“We subscribed to the New York Times,” Knuth said. “We felt we needed to read more than we were getting in our 10 free articles a month.”

Beyond the Times and NPR, Leija reads Jezebel, a decidedly feminist-focused blog featuring a mix of opinionated news and entertainment. (The lead story recently was headlined “The T-Rex was a Vicious Predator, but a Gentle and Caring Lover.”)

Knuth and Leija agreed to switch from listening to NPR to The Patriot talk radio. Instead of compulsively checking the New York Times multiple times a day, the pair would only look at Drudge Report.

After some hesitation, Herbon agreed to turn his radio to a station that carried NPR programming. Instead of reading Drudge online, he would peruse the New York Times website and Jezebel.

Knuth and Leija were enthused about the project. “I love experiments,” Knuth said.

Herbon was wary. “I don’t know if I can make it a week,” he said.


I sent Herbon, Knuth and Leija instructions for their roles in the news bubble swap on Thursday, March 16. The experiment was to begin Monday, March 20 and run through the following Sunday.

The instructions were emailed at 9:23 a.m.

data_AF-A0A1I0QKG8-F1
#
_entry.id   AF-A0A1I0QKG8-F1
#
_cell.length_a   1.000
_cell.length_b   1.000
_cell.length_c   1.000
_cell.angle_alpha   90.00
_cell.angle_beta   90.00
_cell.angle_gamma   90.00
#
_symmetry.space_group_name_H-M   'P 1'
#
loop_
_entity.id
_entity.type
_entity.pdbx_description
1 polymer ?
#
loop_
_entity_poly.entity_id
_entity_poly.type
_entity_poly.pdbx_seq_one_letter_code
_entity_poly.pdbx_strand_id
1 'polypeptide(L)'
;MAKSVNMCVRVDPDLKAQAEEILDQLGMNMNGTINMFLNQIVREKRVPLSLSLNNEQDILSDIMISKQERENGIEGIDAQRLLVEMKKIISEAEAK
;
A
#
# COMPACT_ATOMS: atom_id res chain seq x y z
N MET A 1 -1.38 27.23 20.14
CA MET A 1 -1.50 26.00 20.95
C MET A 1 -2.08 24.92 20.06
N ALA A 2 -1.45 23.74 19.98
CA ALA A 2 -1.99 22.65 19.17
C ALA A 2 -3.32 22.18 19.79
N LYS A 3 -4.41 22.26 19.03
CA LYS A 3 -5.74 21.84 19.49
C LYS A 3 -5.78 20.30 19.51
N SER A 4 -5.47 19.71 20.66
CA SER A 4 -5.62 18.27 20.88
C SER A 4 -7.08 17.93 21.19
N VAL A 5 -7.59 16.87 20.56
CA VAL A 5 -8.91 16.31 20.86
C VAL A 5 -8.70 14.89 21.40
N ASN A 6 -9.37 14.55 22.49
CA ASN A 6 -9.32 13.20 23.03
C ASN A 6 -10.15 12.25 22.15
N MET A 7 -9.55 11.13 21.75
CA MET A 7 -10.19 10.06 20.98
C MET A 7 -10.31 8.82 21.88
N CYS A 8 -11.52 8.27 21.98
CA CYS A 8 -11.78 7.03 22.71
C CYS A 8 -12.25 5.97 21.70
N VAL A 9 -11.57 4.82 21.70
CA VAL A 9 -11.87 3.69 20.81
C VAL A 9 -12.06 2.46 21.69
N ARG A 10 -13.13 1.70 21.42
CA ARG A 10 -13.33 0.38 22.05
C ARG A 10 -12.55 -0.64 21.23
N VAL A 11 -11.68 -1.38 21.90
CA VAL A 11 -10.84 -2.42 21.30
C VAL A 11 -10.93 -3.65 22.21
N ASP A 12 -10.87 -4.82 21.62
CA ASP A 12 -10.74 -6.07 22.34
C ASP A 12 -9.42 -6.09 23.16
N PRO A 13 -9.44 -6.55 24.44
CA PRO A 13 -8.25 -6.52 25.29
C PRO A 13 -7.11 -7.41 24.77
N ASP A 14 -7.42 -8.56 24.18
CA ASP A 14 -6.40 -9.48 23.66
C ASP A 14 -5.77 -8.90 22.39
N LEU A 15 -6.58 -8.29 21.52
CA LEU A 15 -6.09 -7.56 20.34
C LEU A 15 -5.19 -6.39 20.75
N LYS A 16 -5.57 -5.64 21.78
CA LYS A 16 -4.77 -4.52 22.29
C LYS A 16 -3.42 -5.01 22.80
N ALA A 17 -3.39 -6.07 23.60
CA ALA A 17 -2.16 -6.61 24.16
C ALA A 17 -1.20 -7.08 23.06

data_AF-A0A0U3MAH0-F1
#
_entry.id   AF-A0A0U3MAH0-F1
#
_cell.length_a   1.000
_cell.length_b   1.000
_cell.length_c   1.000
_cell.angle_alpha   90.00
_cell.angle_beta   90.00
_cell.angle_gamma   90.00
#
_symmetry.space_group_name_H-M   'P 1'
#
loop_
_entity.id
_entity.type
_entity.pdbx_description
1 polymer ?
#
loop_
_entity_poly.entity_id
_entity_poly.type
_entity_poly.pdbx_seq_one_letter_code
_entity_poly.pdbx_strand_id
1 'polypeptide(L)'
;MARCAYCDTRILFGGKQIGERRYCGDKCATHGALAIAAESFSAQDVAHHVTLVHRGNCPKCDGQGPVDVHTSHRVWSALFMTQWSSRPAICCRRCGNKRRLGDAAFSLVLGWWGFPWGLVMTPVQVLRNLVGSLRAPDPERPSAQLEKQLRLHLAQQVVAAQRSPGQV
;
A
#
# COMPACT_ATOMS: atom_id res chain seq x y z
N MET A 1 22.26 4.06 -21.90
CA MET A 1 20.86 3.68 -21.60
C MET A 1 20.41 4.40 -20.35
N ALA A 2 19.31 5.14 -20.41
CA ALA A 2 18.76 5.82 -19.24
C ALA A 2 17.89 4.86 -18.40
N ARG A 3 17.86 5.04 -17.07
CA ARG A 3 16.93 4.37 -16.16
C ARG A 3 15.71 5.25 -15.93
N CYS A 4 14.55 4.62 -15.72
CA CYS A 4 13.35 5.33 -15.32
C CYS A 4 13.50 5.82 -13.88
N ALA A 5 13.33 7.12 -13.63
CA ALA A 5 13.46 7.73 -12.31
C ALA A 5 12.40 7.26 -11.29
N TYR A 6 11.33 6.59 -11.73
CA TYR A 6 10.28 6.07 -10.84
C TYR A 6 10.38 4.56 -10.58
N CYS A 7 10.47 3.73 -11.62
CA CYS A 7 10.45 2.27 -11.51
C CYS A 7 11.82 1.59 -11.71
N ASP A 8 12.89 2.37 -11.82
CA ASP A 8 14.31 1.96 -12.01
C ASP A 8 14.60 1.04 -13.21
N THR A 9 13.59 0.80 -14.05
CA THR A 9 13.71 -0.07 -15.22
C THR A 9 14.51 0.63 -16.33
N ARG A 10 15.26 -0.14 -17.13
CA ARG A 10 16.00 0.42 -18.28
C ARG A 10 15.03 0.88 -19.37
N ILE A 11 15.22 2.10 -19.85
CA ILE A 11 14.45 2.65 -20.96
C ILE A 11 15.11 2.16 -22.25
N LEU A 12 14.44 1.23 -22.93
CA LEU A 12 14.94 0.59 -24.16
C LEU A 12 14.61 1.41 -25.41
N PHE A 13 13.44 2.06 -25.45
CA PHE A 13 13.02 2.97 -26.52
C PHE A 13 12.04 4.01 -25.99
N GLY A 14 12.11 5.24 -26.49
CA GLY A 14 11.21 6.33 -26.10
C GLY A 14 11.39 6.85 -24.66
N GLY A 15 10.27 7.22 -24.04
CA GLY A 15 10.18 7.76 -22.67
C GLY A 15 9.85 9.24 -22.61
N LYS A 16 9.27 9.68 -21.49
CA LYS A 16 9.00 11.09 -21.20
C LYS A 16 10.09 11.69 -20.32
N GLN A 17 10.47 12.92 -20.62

Thirty-one minutes later, Herbon emailed to say he already regretted agreeing to swap news feeds.

"I just looked at,"  Herbon wrote. "The headline "Federal Judge in Hawaii Blocks Trump's Second Travel Ban Just in the Nick of Time" and ensuing article is total biased crap. I specifically chose "total crap" because NO respectable news feed I listen to, read or watch describe things as 'shitty.'

"Without even spending another second on this project I can tell you the result,"  Herbon said. "…God help us."

At 11:39 a.m. the same day, Herbon sent a second email. He’d looked at more articles on Jezebel and checked out the New York Times website.

“I browsed more of and cannot believe what I am reading,”  he wrote. “This site is nothing more than a ranting website for the lunatic fringe that shows NO RESPECT for anything or anybody. I have no interest in punishing myself by interacting for another second with this website.”

At the New York Times, Herbon took offense at an article that referred to a Trump rally as “angry” and “xenophobic.”

“I thought this activity would be interesting and fun but there is nothing fun about subjecting myself to such irresponsible drivel for another second let alone another week,”  Herbon wrote. “I will NEVER look at that Jez… website again.  Life is too short to waste another second going to a website that treats the release of celebrity nude photos  (Herbon was likely referring to this article) with more respect than the President of the United States.

“The NY Times does not print accurate facts in areas I know, so I have no confidence or interest in reading about things I don’t know because I cannot believe what I read.”